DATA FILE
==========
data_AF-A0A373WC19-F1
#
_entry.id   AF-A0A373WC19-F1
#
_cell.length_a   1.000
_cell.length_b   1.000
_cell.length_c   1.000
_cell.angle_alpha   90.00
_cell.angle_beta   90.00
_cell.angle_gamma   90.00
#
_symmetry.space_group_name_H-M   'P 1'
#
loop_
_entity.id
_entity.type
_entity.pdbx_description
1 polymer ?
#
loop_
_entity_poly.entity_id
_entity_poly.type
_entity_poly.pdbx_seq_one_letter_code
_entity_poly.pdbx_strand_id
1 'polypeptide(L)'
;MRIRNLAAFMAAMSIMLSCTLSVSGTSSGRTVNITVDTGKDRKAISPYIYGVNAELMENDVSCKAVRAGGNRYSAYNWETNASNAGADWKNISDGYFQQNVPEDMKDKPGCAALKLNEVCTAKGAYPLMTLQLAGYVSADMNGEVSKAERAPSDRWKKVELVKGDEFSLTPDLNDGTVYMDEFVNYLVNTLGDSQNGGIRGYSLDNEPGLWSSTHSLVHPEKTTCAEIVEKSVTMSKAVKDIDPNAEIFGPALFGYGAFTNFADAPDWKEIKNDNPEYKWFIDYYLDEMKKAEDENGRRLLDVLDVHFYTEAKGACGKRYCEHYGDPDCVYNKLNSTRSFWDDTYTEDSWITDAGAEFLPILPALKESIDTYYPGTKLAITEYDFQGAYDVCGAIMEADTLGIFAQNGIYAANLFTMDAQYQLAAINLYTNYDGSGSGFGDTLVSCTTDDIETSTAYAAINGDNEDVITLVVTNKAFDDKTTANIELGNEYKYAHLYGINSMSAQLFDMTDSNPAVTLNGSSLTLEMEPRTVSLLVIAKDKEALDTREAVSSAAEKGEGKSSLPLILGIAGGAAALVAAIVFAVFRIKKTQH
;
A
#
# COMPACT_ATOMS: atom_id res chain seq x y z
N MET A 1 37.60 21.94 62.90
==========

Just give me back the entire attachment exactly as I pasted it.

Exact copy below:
data_AF-A0A373WC19-F1
#
_entry.id   AF-A0A373WC19-F1
#
_cell.length_a   1.000
_cell.length_b   1.000
_cell.length_c   1.000
_cell.angle_alpha   90.00
_cell.angle_beta   90.00
_cell.angle_gamma   90.00
#
_symmetry.space_group_name_H-M   'P 1'
#
loop_
_entity.id
_entity.type
_entity.pdbx_description
1 polymer ?
#
loop_
_entity_poly.entity_id
_entity_poly.type
_entity_poly.pdbx_seq_one_letter_code
_entity_poly.pdbx_strand_id
1 'polypeptide(L)'
;MRIRNLAAFMAAMSIMLSCTLSVSGTSSGRTVNITVDTGKDRKAISPYIYGVNAELMENDVSCKAVRAGGNRYSAYNWETNASNAGADWKNISDGYFQQNVPEDMKDKPGCAALKLNEVCTAKGAYPLMTLQLAGYVSADMNGEVSKAERAPSDRWKKVELVKGDEFSLTPDLNDGTVYMDEFVNYLVNTLGDSQNGGIRGYSLDNEPGLWSSTHSLVHPEKTTCAEIVEKSVTMSKAVKDIDPNAEIFGPALFGYGAFTNFADAPDWKEIKNDNPEYKWFIDYYLDEMKKAEDENGRRLLDVLDVHFYTEAKGACGKRYCEHYGDPDCVYNKLNSTRSFWDDTYTEDSWITDAGAEFLPILPALKESIDTYYPGTKLAITEYDFQGAYDVCGAIMEADTLGIFAQNGIYAANLFTMDAQYQLAAINLYTNYDGSGSGFGDTLVSCTTDDIETSTAYAAINGDNEDVITLVVTNKAFDDKTTANIELGNEYKYAHLYGINSMSAQLFDMTDSNPAVTLNGSSLTLEMEPRTVSLLVIAKDKEALDTREAVSSAAEKGEGKSSLPLILGIAGGAAALVAAIVFAVFRIKKTQH
;
A
#
# COMPACT_ATOMS: atom_id res chain seq x y z
N MET A 1 37.60 21.94 62.90